Meanwhile, the Spanish government announced on Saturday that it would send 14 new electric generators to Ukraine, where Russian attacks on energy infrastructure are leaving many Ukrainians without electricity or hot water to get through the winter.

“(Friday) we sent a new package of 14 generators to face the winter which is proving to be very harsh and very difficult in Ukraine,” declared Spanish Foreign Minister José Manuel Albares.

The Ukrainian government had asked for “additional support” from the EU, estimating that almost half of the energy infrastructure has been disabled by the massive Russian strikes that have targeted them since the beginning of October, when the first snows fell on the country Thursday.

Madrid had already announced on October 10 that five electricity generators would be sent to Ukraine. “Spain will also send 30 additional ambulances as well as police reinforcements to help the Ukrainian authorities investigate possible war crimes on its territory,” Foreign Minister Albares said.

In another development, Canada’s defense minister said the Ukrainian military was winning the war and that Russian President Putin had only united NATO and renewed its focus.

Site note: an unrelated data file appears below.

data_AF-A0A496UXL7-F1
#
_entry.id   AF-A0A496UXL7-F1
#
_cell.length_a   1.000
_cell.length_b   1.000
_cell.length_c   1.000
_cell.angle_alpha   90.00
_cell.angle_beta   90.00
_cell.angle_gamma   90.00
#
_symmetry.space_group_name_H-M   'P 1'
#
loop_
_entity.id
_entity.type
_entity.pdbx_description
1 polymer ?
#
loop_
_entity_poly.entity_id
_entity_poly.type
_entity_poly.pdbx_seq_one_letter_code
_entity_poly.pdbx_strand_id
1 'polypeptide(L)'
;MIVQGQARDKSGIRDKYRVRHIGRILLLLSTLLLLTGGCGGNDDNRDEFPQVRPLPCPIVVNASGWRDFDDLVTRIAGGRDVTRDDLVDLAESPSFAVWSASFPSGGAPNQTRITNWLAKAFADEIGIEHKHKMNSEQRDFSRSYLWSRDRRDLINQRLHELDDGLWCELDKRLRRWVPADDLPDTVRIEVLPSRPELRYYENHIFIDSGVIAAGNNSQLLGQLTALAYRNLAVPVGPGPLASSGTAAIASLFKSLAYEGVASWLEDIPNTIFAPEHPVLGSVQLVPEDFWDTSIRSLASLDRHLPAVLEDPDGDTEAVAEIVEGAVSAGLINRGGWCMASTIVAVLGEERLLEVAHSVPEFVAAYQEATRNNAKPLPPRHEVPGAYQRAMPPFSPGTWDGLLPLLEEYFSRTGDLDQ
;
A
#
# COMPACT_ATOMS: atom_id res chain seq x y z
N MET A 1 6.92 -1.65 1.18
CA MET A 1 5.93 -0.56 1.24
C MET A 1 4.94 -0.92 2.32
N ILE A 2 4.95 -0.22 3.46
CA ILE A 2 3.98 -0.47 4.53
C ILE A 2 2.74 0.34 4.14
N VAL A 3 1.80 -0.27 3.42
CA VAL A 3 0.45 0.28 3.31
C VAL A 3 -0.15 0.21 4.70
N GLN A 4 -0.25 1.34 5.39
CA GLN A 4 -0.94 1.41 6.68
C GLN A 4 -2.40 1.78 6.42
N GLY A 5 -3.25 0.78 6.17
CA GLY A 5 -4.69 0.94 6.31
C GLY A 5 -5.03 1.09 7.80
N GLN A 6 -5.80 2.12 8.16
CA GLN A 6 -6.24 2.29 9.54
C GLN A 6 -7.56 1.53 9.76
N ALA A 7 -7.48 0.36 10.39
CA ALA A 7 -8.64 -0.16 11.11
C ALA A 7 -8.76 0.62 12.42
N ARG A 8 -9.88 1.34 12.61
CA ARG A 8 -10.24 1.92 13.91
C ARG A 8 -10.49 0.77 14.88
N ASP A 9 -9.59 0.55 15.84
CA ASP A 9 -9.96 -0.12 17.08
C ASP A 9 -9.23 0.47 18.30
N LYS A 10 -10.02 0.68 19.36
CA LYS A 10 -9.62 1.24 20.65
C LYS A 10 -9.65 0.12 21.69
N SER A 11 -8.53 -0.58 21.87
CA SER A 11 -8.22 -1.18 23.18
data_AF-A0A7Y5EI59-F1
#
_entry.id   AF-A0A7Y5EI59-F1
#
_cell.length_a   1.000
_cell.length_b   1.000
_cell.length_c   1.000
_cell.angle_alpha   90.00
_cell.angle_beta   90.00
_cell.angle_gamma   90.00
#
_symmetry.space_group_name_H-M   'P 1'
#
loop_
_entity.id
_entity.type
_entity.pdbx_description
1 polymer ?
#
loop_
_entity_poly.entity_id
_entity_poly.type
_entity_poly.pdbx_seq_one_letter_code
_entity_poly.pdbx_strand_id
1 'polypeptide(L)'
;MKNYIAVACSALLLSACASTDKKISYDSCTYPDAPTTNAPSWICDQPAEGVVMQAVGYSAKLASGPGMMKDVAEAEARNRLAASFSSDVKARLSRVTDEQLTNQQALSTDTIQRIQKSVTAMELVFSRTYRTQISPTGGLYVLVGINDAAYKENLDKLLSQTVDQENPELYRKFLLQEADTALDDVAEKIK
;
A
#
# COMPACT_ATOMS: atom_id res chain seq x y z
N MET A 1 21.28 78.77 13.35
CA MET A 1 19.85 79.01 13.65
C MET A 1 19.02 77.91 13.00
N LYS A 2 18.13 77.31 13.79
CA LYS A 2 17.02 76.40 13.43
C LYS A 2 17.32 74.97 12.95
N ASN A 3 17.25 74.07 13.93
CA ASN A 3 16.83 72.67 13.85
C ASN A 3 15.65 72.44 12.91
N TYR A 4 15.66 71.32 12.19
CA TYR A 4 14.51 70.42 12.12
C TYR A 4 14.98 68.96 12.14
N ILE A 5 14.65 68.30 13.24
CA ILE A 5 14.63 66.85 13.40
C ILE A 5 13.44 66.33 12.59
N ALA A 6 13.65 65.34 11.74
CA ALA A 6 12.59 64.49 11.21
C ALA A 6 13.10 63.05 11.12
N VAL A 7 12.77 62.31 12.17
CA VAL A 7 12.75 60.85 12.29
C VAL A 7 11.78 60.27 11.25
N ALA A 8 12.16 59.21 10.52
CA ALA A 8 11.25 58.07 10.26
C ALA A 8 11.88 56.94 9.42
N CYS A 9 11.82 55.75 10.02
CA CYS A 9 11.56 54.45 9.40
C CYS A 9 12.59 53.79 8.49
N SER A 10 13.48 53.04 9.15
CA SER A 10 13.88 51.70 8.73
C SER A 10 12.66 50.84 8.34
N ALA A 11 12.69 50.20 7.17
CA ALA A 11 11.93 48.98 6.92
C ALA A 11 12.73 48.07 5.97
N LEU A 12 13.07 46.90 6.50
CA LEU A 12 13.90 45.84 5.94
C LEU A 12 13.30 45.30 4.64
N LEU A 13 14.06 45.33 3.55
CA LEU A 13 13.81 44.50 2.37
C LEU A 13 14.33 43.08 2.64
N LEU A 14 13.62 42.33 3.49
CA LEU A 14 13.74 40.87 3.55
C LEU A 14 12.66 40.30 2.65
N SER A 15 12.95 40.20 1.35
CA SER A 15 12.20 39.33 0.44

Defense Minister Anita Anand made the remarks at the annual Halifax International Security Forum, which attracts defense and security officials from Western democracies.

“The spirit and determination of the Ukrainian people and President (Volodymyr) Zelensky continue to inspire us all. Ukraine’s armed forces are motivated, disciplined and better trained – and they are winning,” Anand said.

Russia faces mounting setbacks in nearly nine months of fighting. Moscow recently withdrew its troops from the key city of Kherson in southern Ukraine. But Russia’s attacks on Ukraine’s energy and power facilities have fueled fears of what winter will bring.

Anand said Putin had mistakenly assumed the Russian military would easily override the Ukrainians and the West would stand idly by.